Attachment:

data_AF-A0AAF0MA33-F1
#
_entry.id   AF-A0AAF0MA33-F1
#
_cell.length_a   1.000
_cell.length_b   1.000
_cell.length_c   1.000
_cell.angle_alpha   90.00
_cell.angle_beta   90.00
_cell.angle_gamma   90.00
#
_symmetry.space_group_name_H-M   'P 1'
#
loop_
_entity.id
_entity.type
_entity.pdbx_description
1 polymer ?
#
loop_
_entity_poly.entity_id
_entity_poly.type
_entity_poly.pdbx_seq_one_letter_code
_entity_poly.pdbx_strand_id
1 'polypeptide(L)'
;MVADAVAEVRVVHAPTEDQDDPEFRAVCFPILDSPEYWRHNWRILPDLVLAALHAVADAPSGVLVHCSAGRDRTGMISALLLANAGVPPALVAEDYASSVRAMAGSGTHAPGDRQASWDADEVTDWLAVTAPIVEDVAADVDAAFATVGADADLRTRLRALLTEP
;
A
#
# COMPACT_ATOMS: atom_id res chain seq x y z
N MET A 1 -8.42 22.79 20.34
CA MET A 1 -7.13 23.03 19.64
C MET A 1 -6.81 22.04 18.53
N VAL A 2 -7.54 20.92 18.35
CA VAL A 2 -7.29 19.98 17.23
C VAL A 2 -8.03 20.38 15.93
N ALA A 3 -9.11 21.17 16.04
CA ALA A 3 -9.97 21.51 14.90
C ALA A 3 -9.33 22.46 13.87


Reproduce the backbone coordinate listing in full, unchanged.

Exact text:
data_AF-A0AAF0MA33-F1
#
_entry.id   AF-A0AAF0MA33-F1
#
_cell.length_a   1.000
_cell.length_b   1.000
_cell.length_c   1.000
_cell.angle_alpha   90.00
_cell.angle_beta   90.00
_cell.angle_gamma   90.00
#
_symmetry.space_group_name_H-M   'P 1'
#
loop_
_entity.id
_entity.type
_entity.pdbx_description
1 polymer ?
#
loop_
_entity_poly.entity_id
_entity_poly.type
_entity_poly.pdbx_seq_one_letter_code
_entity_poly.pdbx_strand_id
1 'polypeptide(L)'
;MVADAVAEVRVVHAPTEDQDDPEFRAVCFPILDSPEYWRHNWRILPDLVLAALHAVADAPSGVLVHCSAGRDRTGMISALLLANAGVPPALVAEDYASSVRAMAGSGTHAPGDRQASWDADEVTDWLAVTAPIVEDVAADVDAAFATVGADADLRTRLRALLTEP
;
A
#
# COMPACT_ATOMS: atom_id res chain seq x y z
N MET A 1 -8.42 22.79 20.34
CA MET A 1 -7.13 23.03 19.64
C MET A 1 -6.81 22.04 18.53
N VAL A 2 -7.54 20.92 18.35
CA VAL A 2 -7.29 19.98 17.23
C VAL A 2 -8.03 20.38 15.93
N ALA A 3 -9.11 21.17 16.04
CA ALA A 3 -9.97 21.51 14.90
C ALA A 3 -9.33 22.46 13.87